“Smart grid” has already become old news in Taiwan. Installation of smart meters in residential and industrial systems alike are proceeding at a rapid pace, with 200,000 new smart meters installed every year by Taipower, Taiwan’s monopoly utility provider. By the end of the year, half of the island will be equipped with smart meters: a total of 6 million installations.
“Installation is not so important now,” says Chen Yen-haw, Deputy Secretary-General of the Taiwan Smart Grid Association. Instead, current research in Taiwan on smart grid has moved to focus on commercial application of the technology.
With major changes in Taiwan’s energy landscape, including the recent liberalisation of their renewable energy market and President Tsai’s nuclear-free homeland policy, the challenge will be how to best adapt the mature tech for their purposes. According to Chen, Taiwan’s new priorities will be on developing strategies for demand-side management, refining battery storage solutions, and further innovation in business models.
Widespread adoption of smart grid tech has led to two major changes in Taiwan, says Chen. The first has been the ability to engage in demand-side management, as smart meters and real-time data make it possible to manage energy demand through price signals.
Recently, Taipower introduced tiered pricing, where participating customers can receive discounted tariffs for off-peak use of energy to encourage energy conservation during peak hours. Another innovative demand-side management strategy is to create a “virtual account” for customers, who can join in groups of 10 to work together to lower their aggregate electricity use in peak hours.
Energy shortage has become a major challenge for the island as Taiwan shifts away from nuclear power, and efforts to conserve energy through demand-side management could help mitigate that.
The rise of the prosumer
The second impact of smart grid adoption has been the greater control of customers over their own energy consumption. “Now customers can choose from different suppliers, different tariffs, different pricing,” says Chen. “Since we opened our energy market in renewables, there will be new renewable retailers and developers.”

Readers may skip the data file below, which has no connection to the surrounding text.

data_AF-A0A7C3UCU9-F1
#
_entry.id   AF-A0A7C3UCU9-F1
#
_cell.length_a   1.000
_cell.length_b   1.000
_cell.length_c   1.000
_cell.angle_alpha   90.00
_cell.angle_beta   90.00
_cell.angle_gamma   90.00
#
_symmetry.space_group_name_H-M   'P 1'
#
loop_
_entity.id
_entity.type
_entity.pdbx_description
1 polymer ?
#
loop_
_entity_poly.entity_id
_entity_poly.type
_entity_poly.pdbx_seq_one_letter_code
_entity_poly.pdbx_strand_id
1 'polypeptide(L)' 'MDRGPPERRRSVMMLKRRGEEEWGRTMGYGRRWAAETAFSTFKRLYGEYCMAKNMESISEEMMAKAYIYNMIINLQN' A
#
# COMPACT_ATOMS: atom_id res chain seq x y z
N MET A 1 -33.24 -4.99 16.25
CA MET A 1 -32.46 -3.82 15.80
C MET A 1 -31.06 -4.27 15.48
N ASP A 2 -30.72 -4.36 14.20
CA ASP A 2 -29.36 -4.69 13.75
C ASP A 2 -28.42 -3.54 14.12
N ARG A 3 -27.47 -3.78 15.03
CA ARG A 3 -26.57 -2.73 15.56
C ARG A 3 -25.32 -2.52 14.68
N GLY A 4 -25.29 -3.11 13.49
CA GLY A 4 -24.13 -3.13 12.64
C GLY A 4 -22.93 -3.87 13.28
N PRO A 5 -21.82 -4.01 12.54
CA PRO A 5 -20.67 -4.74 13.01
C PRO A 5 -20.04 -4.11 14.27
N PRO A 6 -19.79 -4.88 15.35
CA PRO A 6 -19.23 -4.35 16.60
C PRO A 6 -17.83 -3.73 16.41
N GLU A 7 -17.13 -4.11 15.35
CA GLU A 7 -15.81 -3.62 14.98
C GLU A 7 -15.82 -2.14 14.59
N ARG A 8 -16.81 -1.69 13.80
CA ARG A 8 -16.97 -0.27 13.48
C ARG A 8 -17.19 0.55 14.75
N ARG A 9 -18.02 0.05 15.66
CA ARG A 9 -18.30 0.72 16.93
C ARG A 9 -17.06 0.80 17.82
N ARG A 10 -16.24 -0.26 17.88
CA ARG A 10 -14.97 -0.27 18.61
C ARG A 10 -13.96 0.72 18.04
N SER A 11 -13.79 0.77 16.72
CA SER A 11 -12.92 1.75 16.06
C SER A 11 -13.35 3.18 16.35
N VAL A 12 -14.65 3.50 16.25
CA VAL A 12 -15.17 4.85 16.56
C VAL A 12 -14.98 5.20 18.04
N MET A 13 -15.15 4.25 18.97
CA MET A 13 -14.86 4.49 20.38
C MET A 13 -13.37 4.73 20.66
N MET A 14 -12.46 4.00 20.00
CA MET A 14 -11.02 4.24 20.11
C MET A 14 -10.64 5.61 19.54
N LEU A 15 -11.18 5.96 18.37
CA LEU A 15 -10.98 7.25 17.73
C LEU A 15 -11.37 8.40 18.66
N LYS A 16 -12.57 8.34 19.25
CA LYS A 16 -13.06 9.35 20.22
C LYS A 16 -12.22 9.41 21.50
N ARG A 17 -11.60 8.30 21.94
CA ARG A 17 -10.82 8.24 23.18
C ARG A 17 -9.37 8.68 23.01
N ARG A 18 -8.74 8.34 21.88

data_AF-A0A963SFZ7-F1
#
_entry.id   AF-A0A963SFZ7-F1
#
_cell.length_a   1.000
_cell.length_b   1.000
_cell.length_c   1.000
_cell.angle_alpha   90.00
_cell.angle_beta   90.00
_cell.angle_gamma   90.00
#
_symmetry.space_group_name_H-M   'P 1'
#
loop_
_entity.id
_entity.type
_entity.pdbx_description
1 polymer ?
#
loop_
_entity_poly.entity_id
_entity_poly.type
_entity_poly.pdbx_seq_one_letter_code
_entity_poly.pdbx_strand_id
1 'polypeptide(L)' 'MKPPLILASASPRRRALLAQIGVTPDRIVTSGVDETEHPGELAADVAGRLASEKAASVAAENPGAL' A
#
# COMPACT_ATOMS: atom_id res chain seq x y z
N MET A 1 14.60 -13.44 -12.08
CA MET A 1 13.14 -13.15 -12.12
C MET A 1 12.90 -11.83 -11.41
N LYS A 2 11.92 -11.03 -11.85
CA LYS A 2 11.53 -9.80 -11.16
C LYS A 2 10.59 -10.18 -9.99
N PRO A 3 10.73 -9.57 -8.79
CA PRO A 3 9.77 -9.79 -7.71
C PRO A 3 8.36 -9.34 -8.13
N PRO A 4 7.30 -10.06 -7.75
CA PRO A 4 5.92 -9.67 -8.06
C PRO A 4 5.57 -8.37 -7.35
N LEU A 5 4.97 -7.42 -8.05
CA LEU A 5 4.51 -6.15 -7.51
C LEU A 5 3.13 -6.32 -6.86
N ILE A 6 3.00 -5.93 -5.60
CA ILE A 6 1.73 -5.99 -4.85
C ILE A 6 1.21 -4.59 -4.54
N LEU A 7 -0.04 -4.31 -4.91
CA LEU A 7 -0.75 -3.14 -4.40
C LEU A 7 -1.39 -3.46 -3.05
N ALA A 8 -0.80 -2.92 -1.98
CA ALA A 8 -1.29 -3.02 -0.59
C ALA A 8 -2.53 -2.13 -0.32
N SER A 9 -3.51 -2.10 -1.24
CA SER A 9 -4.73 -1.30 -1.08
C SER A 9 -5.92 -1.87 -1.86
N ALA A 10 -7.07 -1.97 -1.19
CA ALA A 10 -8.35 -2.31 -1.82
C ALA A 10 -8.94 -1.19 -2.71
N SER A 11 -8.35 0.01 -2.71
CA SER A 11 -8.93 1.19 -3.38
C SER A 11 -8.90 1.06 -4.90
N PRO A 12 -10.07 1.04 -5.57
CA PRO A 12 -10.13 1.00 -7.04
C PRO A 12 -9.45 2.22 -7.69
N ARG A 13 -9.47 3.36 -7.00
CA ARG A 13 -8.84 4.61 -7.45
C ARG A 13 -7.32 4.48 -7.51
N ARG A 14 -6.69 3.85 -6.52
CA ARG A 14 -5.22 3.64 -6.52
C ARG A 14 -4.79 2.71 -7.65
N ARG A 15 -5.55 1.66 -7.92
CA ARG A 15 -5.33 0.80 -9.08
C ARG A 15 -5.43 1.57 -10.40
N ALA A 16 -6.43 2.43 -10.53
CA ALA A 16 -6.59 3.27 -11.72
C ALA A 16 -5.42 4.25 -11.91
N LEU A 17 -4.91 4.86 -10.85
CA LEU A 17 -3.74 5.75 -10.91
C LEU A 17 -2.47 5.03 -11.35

Residential solar systems are becoming more common, as the widespread installation of smart inverters allow customers to store and manage energy generated from their own solar panels. These prosumers, customers who consume and produce their own electricity, are a growing presence in Taiwan’s energy market, according to Chen. In Taipei City, a virtual power plant system has been developed to allow prosumers to contribute surplus electricity from their home solar system back to the grid.
For Taiwanese communities living in remote islands, the government has subsidised installation of smart micro-grid systems that integrate renewable energy sources. The mix of solar, wind and diesel energy sources ensure a stable electricity supply despite distance from the central grid. On the remote Qimei Island, 43% of the inhabitants’ energy is now supplied by renewable energy through the smart micro-grid. “The micro-grid technology is very mature now,” says Chen.
But is Taiwan close to moving away from fossil fuels entirely? The main driving force of the recent uptake of renewable energy is the dropping cost of wind and solar systems, says Chen. However, the battery storage for renewables needs further refining. “The efficiency of solar increases by 1-2% every year,” explains Chen. “But the battery system is still not mature enough for real commercial application.” There will need to be a breakthrough in storage solutions before renewables can replace fossil fuels in Taiwan.
A future for energy trading
More development on the business side could lead to truly innovative applications of the advanced technology. Chen envisions cooperation between governments, private sector actors and consumers to come up with ways to utilise smart grid solutions.
A recent example is the collaboration between Taiwan Smart Grid Association and Gogoro, an electric scooter manufacturer, to create a smart grid from its scooter battery charging stations. With charging stations every 1.3km in Taipei, the company provides electricity to the grid when the solar-powered stations are not being used to charge batteries. “Five years ago, the scooter manufacturers came to my office and told me they were building a massive battery system,” Chen recounts. “I told them from the power system’s perspective, we will have the need.”
The cooperation need not be managed by the government. “I’m not really a guy who is familiar with scooters,” says Chen. “But we worked together. It was a bottom-up, multi-disciplinary process.”
Chen envisions that in the future, similar models for energy trading across private power sources and public power plants will be possible through a common platform for the whole country. “A platform like this could be the future for the whole power system,” says Chen.
This kind of multi-industry, multi-actor conversation is already beginning to happen. Taiwan’s adoption of smart grid has opened up new doors for further innovation.